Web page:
‘Muzik’ – of the Big Rich variety

Published 12:00 am Thursday, June 8, 2006

If you build it, they will come.

And come they did – by bus, by pick-up truck load and by car – to Carolina Crossroads last Saturday.

For what, you may ask? For a Big & Rich time, of course.

I’ve been anticipating the Big & Rich concert since it was announced back in March that the popular country music artists were bringing their high-energy act to Roanoke Rapids.

There’s something strangely unique about the approach Big & Rich take to music. I think it lies in their passion to play…to perform the songs they poured their hearts and souls into making.

Their act, as carried out in front of 20,000-plus screaming fans on Saturday in a field outside of Roanoke Rapids, may have bordered on complete insanity to some, but it was pure genius in my humbled opinion.

Both are talented musicians in their own right. Big Kenny (aka Kenny Alphin) released his first LP – &uot;Live a Little&uot; – in 2000. Two years earlier, John Rich recorded &uot;Underneath the Same Moon.&uot;

Neither became an overnight sensation. Even when they teamed-up in 2000 to form the &uot;MuzikMafia&uot; none of the country music bigwigs in Nashville gave them much of a chance of surviving in an industry that now thrives on &uot;cookie-cutter&uot; performers.

Instead of bowing to industry pressure, Big & Rich decided to share their love of music, or &uot;muzik&uot; as they like to call it, without prejudice. Instead of the same-old act, Big Kenny and John Rich blended Conway Twitty with Kid Rock.

The end result is country music flair with a heaping helping of rock-n-roll, soul, blues and hip-hop thrown into the mix.

What other group is introduced by a midget (&uot;Two-Foot Fred&uot;) dressed in a bright yellow and red outfit and is joined by a massive 6′-5&uot; black man (Cowboy Troy) with his legendary &uot;hick-hop&uot; style?

That’s what makes Big & Rich so unique. No cookie-cutter country with this bunch. Rather it’s raise your glass high, kick-up your heels and party hard ’til the muzik stops. They have a simple, yet powerful approach to their style, that of bringing a group of artists together, regardless of race, religion, background or muzikal genre’, to make muzik.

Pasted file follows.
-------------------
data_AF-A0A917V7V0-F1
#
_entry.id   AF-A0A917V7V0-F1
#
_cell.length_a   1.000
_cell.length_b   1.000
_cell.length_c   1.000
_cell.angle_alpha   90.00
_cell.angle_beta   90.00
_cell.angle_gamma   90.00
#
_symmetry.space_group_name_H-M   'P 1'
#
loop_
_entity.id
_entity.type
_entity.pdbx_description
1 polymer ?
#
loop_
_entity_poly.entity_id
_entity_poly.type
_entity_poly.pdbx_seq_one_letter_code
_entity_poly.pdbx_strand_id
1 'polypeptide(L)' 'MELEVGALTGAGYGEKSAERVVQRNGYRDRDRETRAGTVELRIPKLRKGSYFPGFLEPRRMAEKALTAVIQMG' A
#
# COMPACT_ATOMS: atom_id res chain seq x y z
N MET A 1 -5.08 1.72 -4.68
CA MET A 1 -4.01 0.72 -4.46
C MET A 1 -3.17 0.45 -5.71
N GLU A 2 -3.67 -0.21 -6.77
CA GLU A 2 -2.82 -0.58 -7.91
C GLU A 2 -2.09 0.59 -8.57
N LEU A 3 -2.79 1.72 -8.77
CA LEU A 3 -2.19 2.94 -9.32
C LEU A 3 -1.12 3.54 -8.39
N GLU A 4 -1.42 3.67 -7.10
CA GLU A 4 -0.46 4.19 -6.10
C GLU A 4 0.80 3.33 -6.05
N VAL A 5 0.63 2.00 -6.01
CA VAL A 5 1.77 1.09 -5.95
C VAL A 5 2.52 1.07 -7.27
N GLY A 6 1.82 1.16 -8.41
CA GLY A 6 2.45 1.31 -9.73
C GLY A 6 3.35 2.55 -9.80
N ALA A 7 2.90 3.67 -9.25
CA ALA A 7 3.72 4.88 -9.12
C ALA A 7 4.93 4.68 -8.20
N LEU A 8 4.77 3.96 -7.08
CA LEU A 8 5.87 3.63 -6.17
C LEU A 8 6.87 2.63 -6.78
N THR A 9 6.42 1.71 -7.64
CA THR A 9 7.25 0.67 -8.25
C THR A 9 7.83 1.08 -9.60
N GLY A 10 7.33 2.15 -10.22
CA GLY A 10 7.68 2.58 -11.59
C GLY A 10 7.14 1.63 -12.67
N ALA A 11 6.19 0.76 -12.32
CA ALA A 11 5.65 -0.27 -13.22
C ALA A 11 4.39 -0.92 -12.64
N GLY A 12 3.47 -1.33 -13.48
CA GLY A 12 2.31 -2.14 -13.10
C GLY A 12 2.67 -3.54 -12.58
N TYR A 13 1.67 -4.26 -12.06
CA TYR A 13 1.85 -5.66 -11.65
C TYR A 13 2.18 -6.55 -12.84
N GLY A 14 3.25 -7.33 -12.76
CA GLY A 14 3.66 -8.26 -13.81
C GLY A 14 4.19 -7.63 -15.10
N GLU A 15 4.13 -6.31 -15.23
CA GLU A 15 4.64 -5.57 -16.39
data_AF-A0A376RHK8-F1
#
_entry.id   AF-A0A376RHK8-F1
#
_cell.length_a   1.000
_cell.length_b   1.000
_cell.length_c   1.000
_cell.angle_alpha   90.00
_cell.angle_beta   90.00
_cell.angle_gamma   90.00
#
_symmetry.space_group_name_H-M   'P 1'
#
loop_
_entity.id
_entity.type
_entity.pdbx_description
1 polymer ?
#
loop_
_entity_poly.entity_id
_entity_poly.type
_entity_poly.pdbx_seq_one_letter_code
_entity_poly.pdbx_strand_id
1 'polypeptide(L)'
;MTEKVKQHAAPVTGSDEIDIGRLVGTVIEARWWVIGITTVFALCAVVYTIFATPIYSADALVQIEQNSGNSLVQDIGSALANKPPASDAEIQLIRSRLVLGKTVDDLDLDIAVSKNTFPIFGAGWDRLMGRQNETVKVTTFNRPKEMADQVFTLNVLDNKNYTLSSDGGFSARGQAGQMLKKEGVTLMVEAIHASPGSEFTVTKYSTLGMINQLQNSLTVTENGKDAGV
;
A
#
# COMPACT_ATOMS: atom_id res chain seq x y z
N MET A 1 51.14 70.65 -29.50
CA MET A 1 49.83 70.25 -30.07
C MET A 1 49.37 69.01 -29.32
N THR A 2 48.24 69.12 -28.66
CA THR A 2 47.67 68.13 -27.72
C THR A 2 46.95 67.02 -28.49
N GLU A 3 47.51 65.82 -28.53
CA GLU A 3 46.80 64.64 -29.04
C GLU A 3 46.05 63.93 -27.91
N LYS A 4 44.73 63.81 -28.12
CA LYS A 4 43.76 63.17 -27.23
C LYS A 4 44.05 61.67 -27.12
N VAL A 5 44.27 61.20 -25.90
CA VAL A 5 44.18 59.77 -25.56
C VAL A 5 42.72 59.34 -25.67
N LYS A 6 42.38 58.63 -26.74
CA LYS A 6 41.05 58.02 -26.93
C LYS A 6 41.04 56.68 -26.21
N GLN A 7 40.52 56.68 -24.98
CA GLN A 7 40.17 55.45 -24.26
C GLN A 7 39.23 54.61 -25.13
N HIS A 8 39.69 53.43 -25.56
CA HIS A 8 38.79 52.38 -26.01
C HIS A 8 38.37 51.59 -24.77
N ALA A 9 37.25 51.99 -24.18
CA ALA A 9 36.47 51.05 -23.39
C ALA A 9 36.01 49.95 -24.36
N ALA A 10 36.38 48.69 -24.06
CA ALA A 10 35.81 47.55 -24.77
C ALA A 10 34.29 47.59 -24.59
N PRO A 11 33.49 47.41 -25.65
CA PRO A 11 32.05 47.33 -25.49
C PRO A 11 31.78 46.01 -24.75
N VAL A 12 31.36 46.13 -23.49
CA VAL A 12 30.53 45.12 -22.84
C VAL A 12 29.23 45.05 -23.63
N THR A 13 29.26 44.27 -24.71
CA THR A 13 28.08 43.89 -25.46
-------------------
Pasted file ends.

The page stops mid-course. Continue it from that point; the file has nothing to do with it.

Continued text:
It reminds me of a country music rebellion, much like I witnessed back in the 1970’s with Willie Nelson and Waylon Jennings. Instead of the MuzikMafia, back then it was &uot;Willie, Waylon and the Boys.&uot;

Now it’s the MuzikMafia that’s turning Nashville, and the rest of the country, upside down. Five years, several tours, six Grammy nominations and 11 million records sold following their formation, MuzikMafia now includes a family of artists. Big and Rich are the founding members joined by Jon Nicholson and Cory Gierman along with Gretchen Wilson, Cowboy Troy, James Otto, Shannon Lawson, Damien Horne (Mista D), Two-Foot Fred, Rachel Kice and Chance. Several more acts are in the development stages.

Go the distance.

And go the distance they did on Saturday night. They kicked off their act with &uot;Comin to Your City&uot; (the title track of their 2005 CD) and ended it, amidst a grand fireworks show, with &uot;Save a Horse, Ride a Cowboy&uot; (off their first CD (2004) entitled Horse of a Different Color.

In every direction I looked on Saturday, there were folks, young and old, with hands in the air (or, in some cases, around a loved one) having a Big & Rich time.

For once, it was a joy to ride less than one hour and catch a live performance by such a big-name musical act. Normally, from our area, we have to drive to Norfolk or Raleigh and pay through our nose for tickets to see talent of this magnitude.

That’s why I think that Carolina Crossroads will become the next musical mecca on the East Coast. Randy Parton, the brother of legendary country music artist Dolly Parton, is the brainchild behind this venue. His 3,500 square-foot, 1,500-seat theatre is scheduled to open sometimes next year, as is a real amphitheatre that will entertain 20,000 folks at a time.

Meanwhile, shops, hotels and other forms of entertainment are planned for phase one of this project. An economic study estimates that The Randy Parton Theater & Carolina Crossroads Music & Entertainment District will increase industry output in the area by over $500 million, create over 12,000 jobs and increase labor income by $204.7 million over the next five years.

I’ll gladly spend more of my hard-earned money with this entertainment district. Some of it will be spent on Sept. 23 when one of my all-time favorites, Hank Williams Jr., will be joined by Gretchen Wilson at Carolina Crossroads.

If ya’ll play it, I will come.